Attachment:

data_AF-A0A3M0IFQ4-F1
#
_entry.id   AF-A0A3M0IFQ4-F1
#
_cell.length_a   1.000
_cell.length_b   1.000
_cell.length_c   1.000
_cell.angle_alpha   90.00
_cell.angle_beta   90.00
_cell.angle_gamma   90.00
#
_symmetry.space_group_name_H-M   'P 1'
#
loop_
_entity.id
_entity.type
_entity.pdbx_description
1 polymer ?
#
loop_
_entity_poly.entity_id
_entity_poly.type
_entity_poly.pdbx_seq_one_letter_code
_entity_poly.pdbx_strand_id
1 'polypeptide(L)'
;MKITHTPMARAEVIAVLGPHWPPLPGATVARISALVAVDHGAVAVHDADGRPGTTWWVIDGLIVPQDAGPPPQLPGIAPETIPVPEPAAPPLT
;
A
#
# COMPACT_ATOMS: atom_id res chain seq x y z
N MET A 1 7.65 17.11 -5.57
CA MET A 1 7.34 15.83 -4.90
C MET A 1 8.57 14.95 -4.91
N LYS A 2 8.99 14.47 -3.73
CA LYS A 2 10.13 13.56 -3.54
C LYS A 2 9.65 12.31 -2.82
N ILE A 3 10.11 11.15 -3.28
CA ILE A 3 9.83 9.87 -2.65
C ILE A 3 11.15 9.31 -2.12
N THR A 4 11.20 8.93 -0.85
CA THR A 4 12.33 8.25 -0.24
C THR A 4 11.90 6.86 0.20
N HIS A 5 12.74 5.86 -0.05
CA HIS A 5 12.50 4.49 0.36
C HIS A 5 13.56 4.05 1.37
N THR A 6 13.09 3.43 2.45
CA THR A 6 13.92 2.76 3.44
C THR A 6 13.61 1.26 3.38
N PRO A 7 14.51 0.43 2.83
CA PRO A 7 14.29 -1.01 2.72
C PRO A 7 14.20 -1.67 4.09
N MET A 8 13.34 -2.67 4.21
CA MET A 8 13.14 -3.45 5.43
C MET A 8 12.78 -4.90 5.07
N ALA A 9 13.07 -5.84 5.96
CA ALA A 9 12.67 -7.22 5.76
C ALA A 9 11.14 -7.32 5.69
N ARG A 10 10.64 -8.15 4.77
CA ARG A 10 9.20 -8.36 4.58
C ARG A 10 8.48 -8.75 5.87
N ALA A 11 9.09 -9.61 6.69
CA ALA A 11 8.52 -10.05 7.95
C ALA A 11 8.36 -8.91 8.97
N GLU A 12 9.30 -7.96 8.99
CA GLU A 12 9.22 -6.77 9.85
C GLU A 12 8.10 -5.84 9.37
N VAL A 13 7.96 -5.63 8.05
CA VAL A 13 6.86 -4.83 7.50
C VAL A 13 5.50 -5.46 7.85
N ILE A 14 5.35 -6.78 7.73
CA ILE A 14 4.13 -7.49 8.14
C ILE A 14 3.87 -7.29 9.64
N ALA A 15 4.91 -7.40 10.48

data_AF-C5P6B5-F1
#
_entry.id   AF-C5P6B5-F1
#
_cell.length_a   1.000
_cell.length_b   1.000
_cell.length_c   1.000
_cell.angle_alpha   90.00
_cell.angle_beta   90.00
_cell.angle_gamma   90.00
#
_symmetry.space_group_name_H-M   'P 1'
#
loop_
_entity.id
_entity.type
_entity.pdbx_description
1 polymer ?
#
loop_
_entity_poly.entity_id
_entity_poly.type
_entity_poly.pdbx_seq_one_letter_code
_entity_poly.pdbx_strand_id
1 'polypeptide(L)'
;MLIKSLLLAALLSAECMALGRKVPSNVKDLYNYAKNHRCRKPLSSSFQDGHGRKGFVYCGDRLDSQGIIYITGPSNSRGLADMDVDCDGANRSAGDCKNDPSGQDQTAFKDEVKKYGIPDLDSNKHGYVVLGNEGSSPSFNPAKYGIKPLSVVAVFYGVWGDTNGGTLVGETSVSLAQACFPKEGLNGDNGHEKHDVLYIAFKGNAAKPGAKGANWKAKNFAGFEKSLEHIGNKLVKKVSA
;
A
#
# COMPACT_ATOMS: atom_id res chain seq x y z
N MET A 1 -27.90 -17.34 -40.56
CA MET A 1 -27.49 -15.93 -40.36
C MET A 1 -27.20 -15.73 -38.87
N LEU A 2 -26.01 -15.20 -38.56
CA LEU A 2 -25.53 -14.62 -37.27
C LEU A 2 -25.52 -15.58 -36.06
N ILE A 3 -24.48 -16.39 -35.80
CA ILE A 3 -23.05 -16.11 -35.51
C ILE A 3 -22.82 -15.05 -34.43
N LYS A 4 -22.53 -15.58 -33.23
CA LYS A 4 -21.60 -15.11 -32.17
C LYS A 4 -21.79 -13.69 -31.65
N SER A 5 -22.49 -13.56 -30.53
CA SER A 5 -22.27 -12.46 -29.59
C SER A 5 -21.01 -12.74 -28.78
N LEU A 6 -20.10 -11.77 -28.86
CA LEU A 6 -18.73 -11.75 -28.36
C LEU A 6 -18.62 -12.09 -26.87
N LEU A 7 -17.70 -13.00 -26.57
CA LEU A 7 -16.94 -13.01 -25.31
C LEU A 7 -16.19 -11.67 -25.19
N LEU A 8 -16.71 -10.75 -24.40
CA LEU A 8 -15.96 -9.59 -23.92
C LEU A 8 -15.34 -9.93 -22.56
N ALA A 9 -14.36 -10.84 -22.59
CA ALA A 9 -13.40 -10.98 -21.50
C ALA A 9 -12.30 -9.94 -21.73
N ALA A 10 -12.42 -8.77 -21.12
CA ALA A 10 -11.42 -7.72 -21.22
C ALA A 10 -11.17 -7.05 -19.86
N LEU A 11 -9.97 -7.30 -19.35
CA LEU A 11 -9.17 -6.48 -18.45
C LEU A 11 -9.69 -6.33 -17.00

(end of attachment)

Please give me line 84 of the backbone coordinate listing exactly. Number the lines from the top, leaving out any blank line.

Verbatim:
#